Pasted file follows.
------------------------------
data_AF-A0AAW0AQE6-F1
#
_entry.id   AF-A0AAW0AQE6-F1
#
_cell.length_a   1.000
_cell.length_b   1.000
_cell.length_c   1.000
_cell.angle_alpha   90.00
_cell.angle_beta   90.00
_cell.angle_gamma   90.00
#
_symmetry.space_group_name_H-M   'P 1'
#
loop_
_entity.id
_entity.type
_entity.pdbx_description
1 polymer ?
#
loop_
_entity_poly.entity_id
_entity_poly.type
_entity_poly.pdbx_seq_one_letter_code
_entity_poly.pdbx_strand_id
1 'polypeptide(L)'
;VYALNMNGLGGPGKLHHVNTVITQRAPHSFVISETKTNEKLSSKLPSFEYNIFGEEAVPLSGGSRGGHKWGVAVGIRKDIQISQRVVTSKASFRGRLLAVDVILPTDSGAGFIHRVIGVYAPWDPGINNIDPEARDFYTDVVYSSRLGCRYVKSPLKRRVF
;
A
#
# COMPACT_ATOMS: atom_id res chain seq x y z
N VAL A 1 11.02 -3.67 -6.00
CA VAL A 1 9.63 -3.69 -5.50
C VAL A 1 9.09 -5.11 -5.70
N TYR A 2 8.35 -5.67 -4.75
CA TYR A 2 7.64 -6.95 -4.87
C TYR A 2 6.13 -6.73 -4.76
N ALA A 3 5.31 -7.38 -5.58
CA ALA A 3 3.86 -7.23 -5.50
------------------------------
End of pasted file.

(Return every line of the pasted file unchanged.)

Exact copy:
data_AF-A0AAW0AQE6-F1
#
_entry.id   AF-A0AAW0AQE6-F1
#
_cell.length_a   1.000
_cell.length_b   1.000
_cell.length_c   1.000
_cell.angle_alpha   90.00
_cell.angle_beta   90.00
_cell.angle_gamma   90.00
#
_symmetry.space_group_name_H-M   'P 1'
#
loop_
_entity.id
_entity.type
_entity.pdbx_description
1 polymer ?
#
loop_
_entity_poly.entity_id
_entity_poly.type
_entity_poly.pdbx_seq_one_letter_code
_entity_poly.pdbx_strand_id
1 'polypeptide(L)'
;VYALNMNGLGGPGKLHHVNTVITQRAPHSFVISETKTNEKLSSKLPSFEYNIFGEEAVPLSGGSRGGHKWGVAVGIRKDIQISQRVVTSKASFRGRLLAVDVILPTDSGAGFIHRVIGVYAPWDPGINNIDPEARDFYTDVVYSSRLGCRYVKSPLKRRVF
;
A
#
# COMPACT_ATOMS: atom_id res chain seq x y z
N VAL A 1 11.02 -3.67 -6.00
CA VAL A 1 9.63 -3.69 -5.50
C VAL A 1 9.09 -5.11 -5.70
N TYR A 2 8.35 -5.67 -4.75
CA TYR A 2 7.64 -6.95 -4.87
C TYR A 2 6.13 -6.73 -4.76
N ALA A 3 5.31 -7.38 -5.58
CA ALA A 3 3.86 -7.23 -5.50